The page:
SUBMITTING three months’ bank statements or pay slips may be a thing of the past.
A recent high court judgment has ruled that Regulation 23A(4) of the National Credit Act is invalid. On March 16, the Western Cape High Court handed down a judgment which may make the submission of three months’ bank statements or pay slips a thing of the past when applying for credit.
The National Credit Act was promulgated with the purpose of promoting and advancing the social and economic welfare of South Africans, and largely providing for a credit market that is fair, transparent, competitive, sustainable, responsible, efficient and accessible. In balancing the need to make credit accessible, particularly to those who have historically been denied access to credit, the act also aims to avoid reckless credit granting. Reckless credit granting practices can harm the social and economic welfare of people. The National Credit Act therefore obliges credit grantors to assess a consumer’s financial status and ability to repay a prospective debt should credit be granted.
More specifically, Regulation 23A(4) provides that consumers must submit their latest three pay slips or bank statements showing their latest three salary deposits.
For those consumers who do not receive a salary, the latest three documented proof of income or latest three months’ bank statements must be submitted. Alternatively, those who are informally employed or self-employed must provide the latest three bank statements or latest financial statements. These provisions are not unfamiliar and consumers have come to recognise them as standard practice in the credit market.
However, the three largest clothing retailers in SA sought to challenge these requirements on a number of grounds, one of which was that it discriminates against a section of the population that represents the less-privileged. The retailers argued that people who might otherwise have an excellent credit record, would be prejudiced simply because they do not have bank accounts. This will most likely include the informally or self-employed. The court agreed with this argument and thereby set aside Regulation 23A(4).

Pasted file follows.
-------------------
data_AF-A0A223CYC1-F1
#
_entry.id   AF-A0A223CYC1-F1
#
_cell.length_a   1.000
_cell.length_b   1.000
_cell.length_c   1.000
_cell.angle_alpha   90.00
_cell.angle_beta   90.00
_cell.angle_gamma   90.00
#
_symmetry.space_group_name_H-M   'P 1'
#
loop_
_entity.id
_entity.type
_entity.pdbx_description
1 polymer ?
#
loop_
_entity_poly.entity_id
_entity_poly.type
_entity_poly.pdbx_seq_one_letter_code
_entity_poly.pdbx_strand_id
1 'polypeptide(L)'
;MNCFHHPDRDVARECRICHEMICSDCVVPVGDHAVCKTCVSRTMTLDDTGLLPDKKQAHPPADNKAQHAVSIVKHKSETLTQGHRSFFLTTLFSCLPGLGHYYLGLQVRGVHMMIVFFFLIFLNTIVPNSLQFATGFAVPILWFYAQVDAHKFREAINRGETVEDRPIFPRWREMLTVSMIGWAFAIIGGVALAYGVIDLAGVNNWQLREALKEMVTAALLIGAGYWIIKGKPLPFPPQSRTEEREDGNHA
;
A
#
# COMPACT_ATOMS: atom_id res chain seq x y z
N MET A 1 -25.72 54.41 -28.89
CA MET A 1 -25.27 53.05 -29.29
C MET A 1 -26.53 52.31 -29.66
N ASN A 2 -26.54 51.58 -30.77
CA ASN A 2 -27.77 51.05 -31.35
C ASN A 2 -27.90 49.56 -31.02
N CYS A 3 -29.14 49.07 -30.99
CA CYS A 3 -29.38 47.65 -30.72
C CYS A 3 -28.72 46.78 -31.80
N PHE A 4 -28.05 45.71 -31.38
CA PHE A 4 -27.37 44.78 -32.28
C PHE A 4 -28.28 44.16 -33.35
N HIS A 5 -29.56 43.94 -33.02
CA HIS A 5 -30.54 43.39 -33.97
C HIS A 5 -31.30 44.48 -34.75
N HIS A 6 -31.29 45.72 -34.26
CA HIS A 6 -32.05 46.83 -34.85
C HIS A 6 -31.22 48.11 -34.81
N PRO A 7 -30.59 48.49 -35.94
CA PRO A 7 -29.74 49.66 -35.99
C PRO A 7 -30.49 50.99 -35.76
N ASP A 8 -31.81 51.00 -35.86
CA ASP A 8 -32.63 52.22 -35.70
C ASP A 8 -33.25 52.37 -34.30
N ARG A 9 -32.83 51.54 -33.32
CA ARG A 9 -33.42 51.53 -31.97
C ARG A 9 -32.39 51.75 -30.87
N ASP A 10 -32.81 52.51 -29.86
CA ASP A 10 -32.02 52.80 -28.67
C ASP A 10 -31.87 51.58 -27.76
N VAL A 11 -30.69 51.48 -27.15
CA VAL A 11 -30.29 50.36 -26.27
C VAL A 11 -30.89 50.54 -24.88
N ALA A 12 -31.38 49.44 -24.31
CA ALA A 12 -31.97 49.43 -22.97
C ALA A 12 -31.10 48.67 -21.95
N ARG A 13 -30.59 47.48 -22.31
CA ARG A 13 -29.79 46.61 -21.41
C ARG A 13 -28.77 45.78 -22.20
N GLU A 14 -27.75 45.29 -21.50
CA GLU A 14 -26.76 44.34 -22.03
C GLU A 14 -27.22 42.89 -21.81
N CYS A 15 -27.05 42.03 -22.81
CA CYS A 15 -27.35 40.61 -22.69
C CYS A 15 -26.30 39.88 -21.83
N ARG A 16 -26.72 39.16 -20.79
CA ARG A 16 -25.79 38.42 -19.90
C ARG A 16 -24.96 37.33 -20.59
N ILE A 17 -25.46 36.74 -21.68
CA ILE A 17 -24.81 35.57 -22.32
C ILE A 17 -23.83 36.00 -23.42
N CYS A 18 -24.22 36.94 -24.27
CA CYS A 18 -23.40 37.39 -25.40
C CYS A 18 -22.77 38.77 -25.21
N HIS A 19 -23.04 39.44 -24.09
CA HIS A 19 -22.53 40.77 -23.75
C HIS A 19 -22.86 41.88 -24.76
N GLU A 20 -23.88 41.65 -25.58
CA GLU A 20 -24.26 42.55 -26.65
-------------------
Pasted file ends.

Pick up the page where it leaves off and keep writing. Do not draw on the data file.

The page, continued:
This does not mean that credit grantors may grant credit without a proper and diligent assessment of credit worthiness. It has, however, given the credit grantor a measure of flexibility in determining how it will assess credit worthiness and documentation to be submitted.
Therefore, the next time you apply for a clothing account, you may not be required to submit a bank statement or pay slips.
The broader implications of this judgment though, are significant. For instance, it may have been prudent for the court to have considered in more detail, the different types of credit. Unsecured credit (which unfortunately is the type of credit normally granted by the applicants in this case) is generally the type of credit for which the credit grantor has no security for repayment of the debt, and thereby attracts a higher interest rate.
This is as opposed to secured credit, such as a mortgage loan agreement or a vehicle finance agreement, where the asset may stand as security. In the case of unsecured debt where credit is granted recklessly, for lack of more stringent credit granting laws, consumers may find themselves indebted in instances where interest rates are significantly higher.
This will definitely not do much to serve the purpose of the National Credit Act.
For more advice on the National Credit Act and how it applies to you, you may contact the offices of Dr Sugudhav-Sewpersadh Attorneys.
— Article written by Dr Prenisha Sewpersadh
from Dr Sugudhav-Sewpersadh Attorneys.